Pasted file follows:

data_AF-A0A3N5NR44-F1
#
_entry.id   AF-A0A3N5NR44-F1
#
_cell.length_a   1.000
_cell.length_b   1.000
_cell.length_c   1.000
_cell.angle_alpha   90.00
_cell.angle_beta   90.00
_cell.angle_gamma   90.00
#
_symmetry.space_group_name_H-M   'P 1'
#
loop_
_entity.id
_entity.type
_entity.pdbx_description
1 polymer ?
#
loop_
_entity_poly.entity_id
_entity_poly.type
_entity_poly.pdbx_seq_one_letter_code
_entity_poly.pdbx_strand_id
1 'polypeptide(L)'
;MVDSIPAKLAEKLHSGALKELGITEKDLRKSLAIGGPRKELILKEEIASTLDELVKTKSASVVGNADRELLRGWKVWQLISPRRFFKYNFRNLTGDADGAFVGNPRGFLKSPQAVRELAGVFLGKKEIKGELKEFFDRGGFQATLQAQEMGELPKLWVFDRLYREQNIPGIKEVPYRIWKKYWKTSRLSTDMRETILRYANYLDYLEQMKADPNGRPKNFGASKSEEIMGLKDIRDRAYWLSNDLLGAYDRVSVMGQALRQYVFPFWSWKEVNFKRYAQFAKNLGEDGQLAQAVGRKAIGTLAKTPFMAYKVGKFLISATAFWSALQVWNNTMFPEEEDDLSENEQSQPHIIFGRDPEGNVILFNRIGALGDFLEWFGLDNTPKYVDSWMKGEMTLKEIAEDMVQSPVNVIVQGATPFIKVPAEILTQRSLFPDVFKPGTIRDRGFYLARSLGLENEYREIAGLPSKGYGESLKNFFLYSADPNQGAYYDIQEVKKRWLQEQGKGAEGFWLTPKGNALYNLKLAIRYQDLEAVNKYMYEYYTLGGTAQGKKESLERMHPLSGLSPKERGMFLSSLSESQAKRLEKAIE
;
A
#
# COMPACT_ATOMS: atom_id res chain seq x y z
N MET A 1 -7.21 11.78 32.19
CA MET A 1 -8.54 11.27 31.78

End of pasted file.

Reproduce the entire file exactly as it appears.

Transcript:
data_AF-A0A3N5NR44-F1
#
_entry.id   AF-A0A3N5NR44-F1
#
_cell.length_a   1.000
_cell.length_b   1.000
_cell.length_c   1.000
_cell.angle_alpha   90.00
_cell.angle_beta   90.00
_cell.angle_gamma   90.00
#
_symmetry.space_group_name_H-M   'P 1'
#
loop_
_entity.id
_entity.type
_entity.pdbx_description
1 polymer ?
#
loop_
_entity_poly.entity_id
_entity_poly.type
_entity_poly.pdbx_seq_one_letter_code
_entity_poly.pdbx_strand_id
1 'polypeptide(L)'
;MVDSIPAKLAEKLHSGALKELGITEKDLRKSLAIGGPRKELILKEEIASTLDELVKTKSASVVGNADRELLRGWKVWQLISPRRFFKYNFRNLTGDADGAFVGNPRGFLKSPQAVRELAGVFLGKKEIKGELKEFFDRGGFQATLQAQEMGELPKLWVFDRLYREQNIPGIKEVPYRIWKKYWKTSRLSTDMRETILRYANYLDYLEQMKADPNGRPKNFGASKSEEIMGLKDIRDRAYWLSNDLLGAYDRVSVMGQALRQYVFPFWSWKEVNFKRYAQFAKNLGEDGQLAQAVGRKAIGTLAKTPFMAYKVGKFLISATAFWSALQVWNNTMFPEEEDDLSENEQSQPHIIFGRDPEGNVILFNRIGALGDFLEWFGLDNTPKYVDSWMKGEMTLKEIAEDMVQSPVNVIVQGATPFIKVPAEILTQRSLFPDVFKPGTIRDRGFYLARSLGLENEYREIAGLPSKGYGESLKNFFLYSADPNQGAYYDIQEVKKRWLQEQGKGAEGFWLTPKGNALYNLKLAIRYQDLEAVNKYMYEYYTLGGTAQGKKESLERMHPLSGLSPKERGMFLSSLSESQAKRLEKAIE
;
A
#
# COMPACT_ATOMS: atom_id res chain seq x y z
N MET A 1 -7.21 11.78 32.19
CA MET A 1 -8.54 11.27 31.78